Date: 1 July 1993
Location: Law offices of Pettit & Martin and neighbouring offices, 101 California Street, San Francisco, California
Number killed: 9 (including perpetrator)
Number injured: 6
Perpetrator: Gian Luigi Ferri, 55 years old, real estate speculator. Committed suicide at the scene
Weapon: Two Intratec TEC-DC9; Norinco .45-caliber M1911 pistol.
At approximately 3 p.m. the gunman entered the law offices of Pettit & Martin at 101 California Street in San Francisco’s financial district. He wore earplugs and carried a TEC-DC9 pistol equipped with high-capacity magazines containing forty to fifty rounds of 9mm ammunition strapped across his chest. He also carried a handgun, for which he had ‘Black Talon’ hollow-point bullets.
He started shooting through the windows of a conference room, killing two lawyers, a witness, and a court reporter, before moving to other floors. Within minutes, the gunman had shot and killed eight people. Eventually, police cornered him in a stairwell where he committed suicide. Throughout the shooting spree, he fired between 75 and 100 rounds.
The semi-automatic firearms used by gunman were manufactured in Florida and sold in Nevada. The gunman purchased his firearms at a pawnshop and at a gun show in Nevada using an invalid Nevada license and a fake address. Under California state law, the semi-automatic Intractec TEC-DC9 model was specifically named as a banned assault weapon.
The law lists assault weapons as defined by Penal Code Section 30520, which includes a list of specific banned firearms, including the Intratec TEC-9 model used by the gunman. In addition, some weapons were banned due to their characteristics. For example a semi-automatic rifle that has the capacity to accept a detachable magazine; a magazine that accepts more than 10 rounds; a centrefire rifle that has an overall length of less than 30 inches, or any shotgun that has the ability to accept a detachable magazine.
The 101 California Street shooting marked a significant turning point in the gun control movement. San Francisco Assistant Police Chief Earl Sanders, stated that, “the weapons Ferri had – Tec-9s – turned a 55-year-old, pudgy, out-of-shape little man into a killing machine.” Luis Tolley, Director of State Legislation for the Brady Campaign to Prevent Gun Violence stated that in the aftermath of the shooting, “a tenure of real activism and change” took place.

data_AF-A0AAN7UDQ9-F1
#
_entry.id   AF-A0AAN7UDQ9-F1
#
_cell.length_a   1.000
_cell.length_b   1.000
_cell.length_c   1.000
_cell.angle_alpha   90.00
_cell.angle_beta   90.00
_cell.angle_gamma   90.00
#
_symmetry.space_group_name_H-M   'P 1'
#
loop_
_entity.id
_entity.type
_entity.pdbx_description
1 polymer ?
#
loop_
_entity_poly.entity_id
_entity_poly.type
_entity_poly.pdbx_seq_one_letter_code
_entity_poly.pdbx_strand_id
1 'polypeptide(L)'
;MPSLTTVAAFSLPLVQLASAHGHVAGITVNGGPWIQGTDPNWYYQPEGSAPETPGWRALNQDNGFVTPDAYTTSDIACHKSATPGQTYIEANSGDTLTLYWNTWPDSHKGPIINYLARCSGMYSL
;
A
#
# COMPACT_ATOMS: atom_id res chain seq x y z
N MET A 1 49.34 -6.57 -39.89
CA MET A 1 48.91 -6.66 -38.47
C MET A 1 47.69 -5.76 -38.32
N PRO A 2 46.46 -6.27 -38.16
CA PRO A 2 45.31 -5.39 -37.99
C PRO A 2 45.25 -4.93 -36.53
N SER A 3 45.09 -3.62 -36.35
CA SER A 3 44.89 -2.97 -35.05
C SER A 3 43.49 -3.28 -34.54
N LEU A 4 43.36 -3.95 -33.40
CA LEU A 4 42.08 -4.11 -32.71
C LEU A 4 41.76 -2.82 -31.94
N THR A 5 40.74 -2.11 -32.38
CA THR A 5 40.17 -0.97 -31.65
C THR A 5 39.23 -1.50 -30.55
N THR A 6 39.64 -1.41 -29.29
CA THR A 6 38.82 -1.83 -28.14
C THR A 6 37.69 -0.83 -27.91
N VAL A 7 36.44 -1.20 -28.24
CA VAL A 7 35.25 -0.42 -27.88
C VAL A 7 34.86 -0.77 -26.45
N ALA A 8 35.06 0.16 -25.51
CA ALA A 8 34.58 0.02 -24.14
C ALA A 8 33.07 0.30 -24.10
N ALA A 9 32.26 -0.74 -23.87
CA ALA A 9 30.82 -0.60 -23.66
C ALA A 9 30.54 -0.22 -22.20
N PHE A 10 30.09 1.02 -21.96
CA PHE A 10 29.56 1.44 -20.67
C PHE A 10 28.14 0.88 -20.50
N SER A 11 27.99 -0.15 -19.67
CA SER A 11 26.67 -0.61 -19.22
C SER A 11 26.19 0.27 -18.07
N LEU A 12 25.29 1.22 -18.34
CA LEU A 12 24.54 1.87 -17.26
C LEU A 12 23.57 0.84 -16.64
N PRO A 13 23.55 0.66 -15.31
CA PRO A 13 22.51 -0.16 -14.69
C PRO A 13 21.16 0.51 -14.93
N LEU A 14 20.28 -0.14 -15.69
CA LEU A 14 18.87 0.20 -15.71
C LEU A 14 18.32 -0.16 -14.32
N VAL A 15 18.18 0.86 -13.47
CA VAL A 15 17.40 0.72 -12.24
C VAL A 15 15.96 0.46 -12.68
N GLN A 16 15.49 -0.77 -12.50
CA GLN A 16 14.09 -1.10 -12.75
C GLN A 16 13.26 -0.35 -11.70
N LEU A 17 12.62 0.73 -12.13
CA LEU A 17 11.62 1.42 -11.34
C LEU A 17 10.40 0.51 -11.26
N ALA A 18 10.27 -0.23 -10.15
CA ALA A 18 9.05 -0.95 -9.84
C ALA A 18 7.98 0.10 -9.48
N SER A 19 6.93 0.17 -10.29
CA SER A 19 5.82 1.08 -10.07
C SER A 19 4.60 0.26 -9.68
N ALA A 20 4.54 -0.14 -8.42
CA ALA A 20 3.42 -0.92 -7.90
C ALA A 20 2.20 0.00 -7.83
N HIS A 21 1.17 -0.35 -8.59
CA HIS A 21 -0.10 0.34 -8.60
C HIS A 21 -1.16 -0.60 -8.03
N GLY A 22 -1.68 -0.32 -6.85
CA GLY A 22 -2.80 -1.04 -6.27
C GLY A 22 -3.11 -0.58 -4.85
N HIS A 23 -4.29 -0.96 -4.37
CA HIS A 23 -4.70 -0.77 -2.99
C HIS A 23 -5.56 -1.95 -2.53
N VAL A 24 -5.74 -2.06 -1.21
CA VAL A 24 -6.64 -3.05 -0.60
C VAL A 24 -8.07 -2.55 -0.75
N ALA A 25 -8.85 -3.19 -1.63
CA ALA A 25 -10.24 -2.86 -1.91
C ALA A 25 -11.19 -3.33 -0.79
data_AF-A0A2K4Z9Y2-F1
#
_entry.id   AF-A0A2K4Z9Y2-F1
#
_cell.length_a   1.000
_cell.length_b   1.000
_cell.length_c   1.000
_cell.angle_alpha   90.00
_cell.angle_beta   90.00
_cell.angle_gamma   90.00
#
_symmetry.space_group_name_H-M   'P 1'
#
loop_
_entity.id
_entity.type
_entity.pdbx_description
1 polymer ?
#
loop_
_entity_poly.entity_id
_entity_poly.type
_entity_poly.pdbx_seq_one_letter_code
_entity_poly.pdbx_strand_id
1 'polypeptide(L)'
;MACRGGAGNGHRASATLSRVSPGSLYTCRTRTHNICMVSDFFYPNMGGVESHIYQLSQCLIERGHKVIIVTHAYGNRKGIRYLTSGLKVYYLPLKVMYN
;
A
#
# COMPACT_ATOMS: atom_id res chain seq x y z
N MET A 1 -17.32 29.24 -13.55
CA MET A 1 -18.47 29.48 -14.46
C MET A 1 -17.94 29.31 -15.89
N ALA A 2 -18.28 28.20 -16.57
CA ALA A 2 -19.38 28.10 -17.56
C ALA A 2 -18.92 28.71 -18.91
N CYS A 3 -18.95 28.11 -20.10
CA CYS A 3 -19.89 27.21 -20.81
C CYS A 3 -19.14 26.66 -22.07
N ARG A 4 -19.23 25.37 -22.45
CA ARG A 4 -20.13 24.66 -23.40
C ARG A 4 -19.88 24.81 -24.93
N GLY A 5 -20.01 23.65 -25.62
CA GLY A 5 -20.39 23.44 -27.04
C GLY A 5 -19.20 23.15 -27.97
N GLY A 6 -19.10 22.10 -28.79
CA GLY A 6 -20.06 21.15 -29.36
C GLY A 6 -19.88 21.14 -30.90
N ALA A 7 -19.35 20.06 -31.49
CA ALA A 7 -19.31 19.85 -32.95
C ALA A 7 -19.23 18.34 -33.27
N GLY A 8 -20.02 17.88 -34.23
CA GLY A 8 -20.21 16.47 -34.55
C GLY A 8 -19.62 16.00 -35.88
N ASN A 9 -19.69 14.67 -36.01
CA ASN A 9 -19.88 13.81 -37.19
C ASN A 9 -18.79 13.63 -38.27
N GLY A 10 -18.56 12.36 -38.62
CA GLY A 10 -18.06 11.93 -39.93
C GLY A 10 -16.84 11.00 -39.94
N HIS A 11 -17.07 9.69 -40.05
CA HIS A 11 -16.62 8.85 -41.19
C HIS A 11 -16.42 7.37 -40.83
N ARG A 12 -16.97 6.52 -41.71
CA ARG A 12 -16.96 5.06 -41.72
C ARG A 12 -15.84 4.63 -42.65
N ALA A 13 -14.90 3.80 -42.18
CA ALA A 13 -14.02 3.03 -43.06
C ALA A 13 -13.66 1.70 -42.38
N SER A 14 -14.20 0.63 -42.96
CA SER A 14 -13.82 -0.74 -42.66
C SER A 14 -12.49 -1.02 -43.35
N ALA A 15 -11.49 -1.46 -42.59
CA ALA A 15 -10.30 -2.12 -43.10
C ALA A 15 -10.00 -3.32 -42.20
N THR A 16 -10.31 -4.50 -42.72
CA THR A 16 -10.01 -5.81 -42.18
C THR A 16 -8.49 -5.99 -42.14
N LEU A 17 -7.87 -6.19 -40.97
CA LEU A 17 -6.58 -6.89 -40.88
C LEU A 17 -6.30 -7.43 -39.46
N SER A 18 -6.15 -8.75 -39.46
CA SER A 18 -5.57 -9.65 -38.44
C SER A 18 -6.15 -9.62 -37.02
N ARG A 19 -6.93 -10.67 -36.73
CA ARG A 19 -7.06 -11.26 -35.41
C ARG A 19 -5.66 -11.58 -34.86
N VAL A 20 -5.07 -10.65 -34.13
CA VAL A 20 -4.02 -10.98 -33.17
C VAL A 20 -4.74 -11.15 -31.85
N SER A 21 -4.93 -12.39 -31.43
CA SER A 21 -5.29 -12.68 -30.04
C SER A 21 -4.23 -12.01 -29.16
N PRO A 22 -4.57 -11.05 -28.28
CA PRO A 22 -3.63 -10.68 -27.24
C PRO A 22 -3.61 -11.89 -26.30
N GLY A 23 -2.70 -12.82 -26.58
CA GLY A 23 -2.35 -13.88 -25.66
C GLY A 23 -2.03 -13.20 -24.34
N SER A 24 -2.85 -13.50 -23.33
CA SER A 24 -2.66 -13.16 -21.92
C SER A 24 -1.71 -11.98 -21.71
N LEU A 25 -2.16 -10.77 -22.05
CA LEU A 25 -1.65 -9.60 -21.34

Increased national public awareness sparked real legislative change when California Senator Dianne Feinstein drew up the Federal Assault Weapons Ban the following year, which was modelled on California’s ban. While the state legislation in California was widely regarded as a ‘quick fix’ after the Stockton school massacre without the substance to force real change, the Federal Assault Weapon ban was seen as a piece of historic gun reform legislation. President Bill Clinton signed the bill on 13 September 1994.
Enacted under Title XI as a subsection of the Violent Crime Control and Law Enforcement Act of 1994, the Federal Assault Weapon Ban prohibited the manufacture, transfer, or possession of nineteen listed semiautomatic assault weapons and approximately 200 firearms covered by the law’s generic definition of ‘assault weapon’. Legally speaking, firearms are defined as ‘assault weapons’ if they possess certain features. Among these characteristics are a compact design, a barrel of less than 20 inches, a pistol grip, a folding or telescoping grip, and the ability to receive large-capacity ammunition magazines. Congress agreed that these characteristics differentiated a military-style from civilian-style weapons, which could be used in hunting and target shooting, as well as in self-defence. The ban was passed for an initial period of ten years, but in 2004 Congress failed to renew it and the law expired.
California, at the state level, repealed a statute that had given gun manufacturers immunity against lawsuits after an attempt by some relatives of the victims to hold the companies that manufactured the pistol TEC-DC9, that the gunman used in the shooting, liable for negligence in Merrill v. Navegar.
 Violent Crime Control and Law Enforcement Act of 1994, Sec. 110102 (a) (v) (1) (30) (B) (C) (D).
 Violent Crime Control and Law Enforcement Act of 1994, Sec. 110102 (b) (30) (B) (C) (D).
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